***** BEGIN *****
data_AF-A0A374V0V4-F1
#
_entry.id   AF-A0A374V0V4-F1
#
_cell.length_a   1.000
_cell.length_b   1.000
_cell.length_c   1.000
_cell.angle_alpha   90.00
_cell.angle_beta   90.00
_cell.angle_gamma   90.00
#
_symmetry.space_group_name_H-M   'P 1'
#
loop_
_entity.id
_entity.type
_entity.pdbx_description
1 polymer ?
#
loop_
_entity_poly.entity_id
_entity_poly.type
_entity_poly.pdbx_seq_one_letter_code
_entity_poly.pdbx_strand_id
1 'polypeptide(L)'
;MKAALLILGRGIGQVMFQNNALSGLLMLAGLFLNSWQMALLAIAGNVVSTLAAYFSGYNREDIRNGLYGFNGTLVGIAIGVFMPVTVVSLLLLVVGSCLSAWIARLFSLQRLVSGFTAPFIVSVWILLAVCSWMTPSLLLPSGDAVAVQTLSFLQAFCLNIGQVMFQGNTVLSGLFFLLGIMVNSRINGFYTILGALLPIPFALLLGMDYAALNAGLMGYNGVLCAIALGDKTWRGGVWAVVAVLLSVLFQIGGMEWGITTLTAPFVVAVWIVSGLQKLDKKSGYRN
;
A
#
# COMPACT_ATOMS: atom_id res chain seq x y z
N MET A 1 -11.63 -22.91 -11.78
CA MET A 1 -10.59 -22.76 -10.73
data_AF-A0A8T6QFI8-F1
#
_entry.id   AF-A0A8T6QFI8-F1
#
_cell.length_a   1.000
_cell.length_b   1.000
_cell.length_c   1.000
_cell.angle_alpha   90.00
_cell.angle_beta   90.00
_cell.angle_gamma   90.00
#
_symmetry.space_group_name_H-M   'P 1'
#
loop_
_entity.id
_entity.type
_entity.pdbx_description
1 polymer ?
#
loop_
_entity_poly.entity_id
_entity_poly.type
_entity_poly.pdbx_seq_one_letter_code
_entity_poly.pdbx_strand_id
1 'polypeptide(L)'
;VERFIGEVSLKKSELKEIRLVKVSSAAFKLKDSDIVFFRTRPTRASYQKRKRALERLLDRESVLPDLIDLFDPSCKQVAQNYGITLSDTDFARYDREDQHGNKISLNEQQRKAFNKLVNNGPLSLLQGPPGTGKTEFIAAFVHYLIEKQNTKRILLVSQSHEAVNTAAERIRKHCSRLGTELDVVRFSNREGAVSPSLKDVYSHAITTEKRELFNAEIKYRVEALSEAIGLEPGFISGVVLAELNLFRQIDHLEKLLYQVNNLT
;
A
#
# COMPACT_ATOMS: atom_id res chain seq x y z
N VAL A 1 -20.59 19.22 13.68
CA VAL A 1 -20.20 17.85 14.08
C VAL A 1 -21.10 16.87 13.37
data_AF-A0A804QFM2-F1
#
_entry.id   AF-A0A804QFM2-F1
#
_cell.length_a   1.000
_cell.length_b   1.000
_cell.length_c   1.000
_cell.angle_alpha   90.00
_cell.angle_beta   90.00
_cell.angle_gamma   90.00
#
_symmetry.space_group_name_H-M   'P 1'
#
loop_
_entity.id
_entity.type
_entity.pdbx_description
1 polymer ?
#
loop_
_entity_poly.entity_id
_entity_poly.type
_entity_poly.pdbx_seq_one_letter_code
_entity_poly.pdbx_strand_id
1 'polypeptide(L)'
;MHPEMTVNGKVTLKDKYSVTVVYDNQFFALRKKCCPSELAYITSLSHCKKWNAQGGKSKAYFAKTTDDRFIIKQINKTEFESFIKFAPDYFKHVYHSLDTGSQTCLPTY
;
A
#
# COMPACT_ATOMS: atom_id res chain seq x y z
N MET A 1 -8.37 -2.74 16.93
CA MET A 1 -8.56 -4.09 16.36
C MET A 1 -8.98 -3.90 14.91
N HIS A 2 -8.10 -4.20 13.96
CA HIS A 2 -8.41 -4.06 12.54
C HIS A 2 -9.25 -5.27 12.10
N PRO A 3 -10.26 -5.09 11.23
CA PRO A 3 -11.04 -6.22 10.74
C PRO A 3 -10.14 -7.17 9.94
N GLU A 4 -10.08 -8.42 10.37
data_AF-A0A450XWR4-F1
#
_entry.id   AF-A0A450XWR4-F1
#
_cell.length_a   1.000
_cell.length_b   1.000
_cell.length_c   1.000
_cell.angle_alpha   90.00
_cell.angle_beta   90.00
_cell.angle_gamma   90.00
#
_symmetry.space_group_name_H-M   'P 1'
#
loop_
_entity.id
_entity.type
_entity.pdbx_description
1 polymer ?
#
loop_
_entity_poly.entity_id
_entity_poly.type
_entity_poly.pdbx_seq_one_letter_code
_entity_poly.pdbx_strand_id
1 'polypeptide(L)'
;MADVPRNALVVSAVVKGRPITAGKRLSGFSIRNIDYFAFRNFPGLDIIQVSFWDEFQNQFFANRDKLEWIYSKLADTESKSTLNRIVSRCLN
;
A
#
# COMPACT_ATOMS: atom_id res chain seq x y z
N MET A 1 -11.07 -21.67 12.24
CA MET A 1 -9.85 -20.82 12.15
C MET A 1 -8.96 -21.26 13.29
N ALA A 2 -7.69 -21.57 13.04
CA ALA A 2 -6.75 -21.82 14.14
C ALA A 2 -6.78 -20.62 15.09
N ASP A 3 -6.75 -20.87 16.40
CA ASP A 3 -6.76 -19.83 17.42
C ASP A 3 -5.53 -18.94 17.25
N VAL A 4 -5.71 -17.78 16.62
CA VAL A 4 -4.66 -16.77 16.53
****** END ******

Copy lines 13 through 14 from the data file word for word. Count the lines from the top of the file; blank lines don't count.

#
loop_